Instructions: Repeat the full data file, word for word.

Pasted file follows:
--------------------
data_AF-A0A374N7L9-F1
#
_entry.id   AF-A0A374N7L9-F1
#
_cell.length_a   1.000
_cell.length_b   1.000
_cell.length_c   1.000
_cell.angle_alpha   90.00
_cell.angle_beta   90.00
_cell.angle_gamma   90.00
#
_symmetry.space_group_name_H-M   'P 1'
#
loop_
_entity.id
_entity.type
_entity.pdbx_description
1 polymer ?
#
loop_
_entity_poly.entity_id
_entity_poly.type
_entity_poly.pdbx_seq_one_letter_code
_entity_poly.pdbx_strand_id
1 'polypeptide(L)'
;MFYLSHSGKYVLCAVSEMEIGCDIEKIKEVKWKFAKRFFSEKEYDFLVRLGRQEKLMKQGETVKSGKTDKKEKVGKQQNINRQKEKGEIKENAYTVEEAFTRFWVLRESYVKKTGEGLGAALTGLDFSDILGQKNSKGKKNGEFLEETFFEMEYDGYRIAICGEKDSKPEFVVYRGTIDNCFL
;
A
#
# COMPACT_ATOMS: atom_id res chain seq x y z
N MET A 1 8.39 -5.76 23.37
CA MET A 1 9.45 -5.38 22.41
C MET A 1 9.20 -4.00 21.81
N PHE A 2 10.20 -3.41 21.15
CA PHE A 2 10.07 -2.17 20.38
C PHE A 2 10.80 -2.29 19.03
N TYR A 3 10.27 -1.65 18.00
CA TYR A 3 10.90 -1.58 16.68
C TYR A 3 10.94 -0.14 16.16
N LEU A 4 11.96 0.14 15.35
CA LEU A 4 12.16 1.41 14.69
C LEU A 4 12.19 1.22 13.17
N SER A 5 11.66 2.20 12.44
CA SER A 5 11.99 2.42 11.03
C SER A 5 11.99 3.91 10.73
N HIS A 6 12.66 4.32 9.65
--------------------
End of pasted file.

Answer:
data_AF-A0A374N7L9-F1
#
_entry.id   AF-A0A374N7L9-F1
#
_cell.length_a   1.000
_cell.length_b   1.000
_cell.length_c   1.000
_cell.angle_alpha   90.00
_cell.angle_beta   90.00
_cell.angle_gamma   90.00
#
_symmetry.space_group_name_H-M   'P 1'
#
loop_
_entity.id
_entity.type
_entity.pdbx_description
1 polymer ?
#
loop_
_entity_poly.entity_id
_entity_poly.type
_entity_poly.pdbx_seq_one_letter_code
_entity_poly.pdbx_strand_id
1 'polypeptide(L)'
;MFYLSHSGKYVLCAVSEMEIGCDIEKIKEVKWKFAKRFFSEKEYDFLVRLGRQEKLMKQGETVKSGKTDKKEKVGKQQNINRQKEKGEIKENAYTVEEAFTRFWVLRESYVKKTGEGLGAALTGLDFSDILGQKNSKGKKNGEFLEETFFEMEYDGYRIAICGEKDSKPEFVVYRGTIDNCFL
;
A
#
# COMPACT_ATOMS: atom_id res chain seq x y z
N MET A 1 8.39 -5.76 23.37
CA MET A 1 9.45 -5.38 22.41
C MET A 1 9.20 -4.00 21.81
N PHE A 2 10.20 -3.41 21.15
CA PHE A 2 10.07 -2.17 20.38
C PHE A 2 10.80 -2.29 19.03
N TYR A 3 10.27 -1.65 18.00
CA TYR A 3 10.90 -1.58 16.68
C TYR A 3 10.94 -0.14 16.16
N LEU A 4 11.96 0.14 15.35
CA LEU A 4 12.16 1.41 14.69
C LEU A 4 12.19 1.22 13.17
N SER A 5 11.66 2.20 12.44
CA SER A 5 11.99 2.42 11.03
C SER A 5 11.99 3.91 10.73
N HIS A 6 12.66 4.32 9.65